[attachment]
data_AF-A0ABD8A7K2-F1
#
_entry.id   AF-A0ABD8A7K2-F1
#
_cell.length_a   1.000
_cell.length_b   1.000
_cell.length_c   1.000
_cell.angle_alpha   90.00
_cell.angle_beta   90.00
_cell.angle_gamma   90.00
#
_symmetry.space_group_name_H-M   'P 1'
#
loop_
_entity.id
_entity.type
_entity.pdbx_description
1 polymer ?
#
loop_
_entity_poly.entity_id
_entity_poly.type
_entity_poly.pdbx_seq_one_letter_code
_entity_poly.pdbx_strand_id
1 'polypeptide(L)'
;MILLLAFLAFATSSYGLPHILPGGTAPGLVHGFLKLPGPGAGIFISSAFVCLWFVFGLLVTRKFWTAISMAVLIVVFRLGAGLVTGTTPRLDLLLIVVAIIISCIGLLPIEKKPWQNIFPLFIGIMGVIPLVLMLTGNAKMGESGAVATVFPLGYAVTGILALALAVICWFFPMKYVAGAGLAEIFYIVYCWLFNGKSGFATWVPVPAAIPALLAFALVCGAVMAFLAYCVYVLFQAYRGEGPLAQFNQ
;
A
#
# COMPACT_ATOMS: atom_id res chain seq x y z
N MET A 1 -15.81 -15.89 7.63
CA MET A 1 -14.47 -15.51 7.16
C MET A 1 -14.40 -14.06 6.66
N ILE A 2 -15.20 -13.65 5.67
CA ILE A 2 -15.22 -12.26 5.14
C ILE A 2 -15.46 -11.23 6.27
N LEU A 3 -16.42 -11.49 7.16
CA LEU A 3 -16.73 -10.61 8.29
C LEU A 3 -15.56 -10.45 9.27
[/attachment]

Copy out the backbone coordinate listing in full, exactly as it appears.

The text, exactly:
data_AF-A0ABD8A7K2-F1
#
_entry.id   AF-A0ABD8A7K2-F1
#
_cell.length_a   1.000
_cell.length_b   1.000
_cell.length_c   1.000
_cell.angle_alpha   90.00
_cell.angle_beta   90.00
_cell.angle_gamma   90.00
#
_symmetry.space_group_name_H-M   'P 1'
#
loop_
_entity.id
_entity.type
_entity.pdbx_description
1 polymer ?
#
loop_
_entity_poly.entity_id
_entity_poly.type
_entity_poly.pdbx_seq_one_letter_code
_entity_poly.pdbx_strand_id
1 'polypeptide(L)'
;MILLLAFLAFATSSYGLPHILPGGTAPGLVHGFLKLPGPGAGIFISSAFVCLWFVFGLLVTRKFWTAISMAVLIVVFRLGAGLVTGTTPRLDLLLIVVAIIISCIGLLPIEKKPWQNIFPLFIGIMGVIPLVLMLTGNAKMGESGAVATVFPLGYAVTGILALALAVICWFFPMKYVAGAGLAEIFYIVYCWLFNGKSGFATWVPVPAAIPALLAFALVCGAVMAFLAYCVYVLFQAYRGEGPLAQFNQ
;
A
#
# COMPACT_ATOMS: atom_id res chain seq x y z
N MET A 1 -15.81 -15.89 7.63
CA MET A 1 -14.47 -15.51 7.16
C MET A 1 -14.40 -14.06 6.66
N ILE A 2 -15.20 -13.65 5.67
CA ILE A 2 -15.22 -12.26 5.14
C ILE A 2 -15.46 -11.23 6.27
N LEU A 3 -16.42 -11.49 7.16
CA LEU A 3 -16.73 -10.61 8.29
C LEU A 3 -15.56 -10.45 9.27